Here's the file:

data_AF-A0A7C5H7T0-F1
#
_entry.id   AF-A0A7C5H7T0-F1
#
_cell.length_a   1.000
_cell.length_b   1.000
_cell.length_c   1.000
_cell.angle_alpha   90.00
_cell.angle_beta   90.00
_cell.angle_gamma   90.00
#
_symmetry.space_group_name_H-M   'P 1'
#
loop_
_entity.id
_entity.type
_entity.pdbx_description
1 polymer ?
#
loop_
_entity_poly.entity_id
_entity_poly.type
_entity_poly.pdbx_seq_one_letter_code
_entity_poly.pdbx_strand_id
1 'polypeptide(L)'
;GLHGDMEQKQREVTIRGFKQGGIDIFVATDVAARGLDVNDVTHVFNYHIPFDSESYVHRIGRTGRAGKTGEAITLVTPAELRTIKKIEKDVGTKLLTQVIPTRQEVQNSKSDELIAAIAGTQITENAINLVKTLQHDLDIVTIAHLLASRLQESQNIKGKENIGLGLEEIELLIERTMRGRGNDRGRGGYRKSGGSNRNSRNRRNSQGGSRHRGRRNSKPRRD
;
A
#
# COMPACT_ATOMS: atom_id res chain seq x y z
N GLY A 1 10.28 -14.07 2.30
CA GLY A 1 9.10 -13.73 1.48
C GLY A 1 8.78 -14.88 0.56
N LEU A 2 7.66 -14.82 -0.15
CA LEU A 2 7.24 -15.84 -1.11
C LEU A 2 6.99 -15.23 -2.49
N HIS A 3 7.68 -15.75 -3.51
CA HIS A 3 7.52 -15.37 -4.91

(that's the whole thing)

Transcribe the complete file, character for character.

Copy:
data_AF-A0A7C5H7T0-F1
#
_entry.id   AF-A0A7C5H7T0-F1
#
_cell.length_a   1.000
_cell.length_b   1.000
_cell.length_c   1.000
_cell.angle_alpha   90.00
_cell.angle_beta   90.00
_cell.angle_gamma   90.00
#
_symmetry.space_group_name_H-M   'P 1'
#
loop_
_entity.id
_entity.type
_entity.pdbx_description
1 polymer ?
#
loop_
_entity_poly.entity_id
_entity_poly.type
_entity_poly.pdbx_seq_one_letter_code
_entity_poly.pdbx_strand_id
1 'polypeptide(L)'
;GLHGDMEQKQREVTIRGFKQGGIDIFVATDVAARGLDVNDVTHVFNYHIPFDSESYVHRIGRTGRAGKTGEAITLVTPAELRTIKKIEKDVGTKLLTQVIPTRQEVQNSKSDELIAAIAGTQITENAINLVKTLQHDLDIVTIAHLLASRLQESQNIKGKENIGLGLEEIELLIERTMRGRGNDRGRGGYRKSGGSNRNSRNRRNSQGGSRHRGRRNSKPRRD
;
A
#
# COMPACT_ATOMS: atom_id res chain seq x y z
N GLY A 1 10.28 -14.07 2.30
CA GLY A 1 9.10 -13.73 1.48
C GLY A 1 8.78 -14.88 0.56
N LEU A 2 7.66 -14.82 -0.15
CA LEU A 2 7.24 -15.84 -1.11
C LEU A 2 6.99 -15.23 -2.49
N HIS A 3 7.68 -15.75 -3.51
CA HIS A 3 7.52 -15.37 -4.91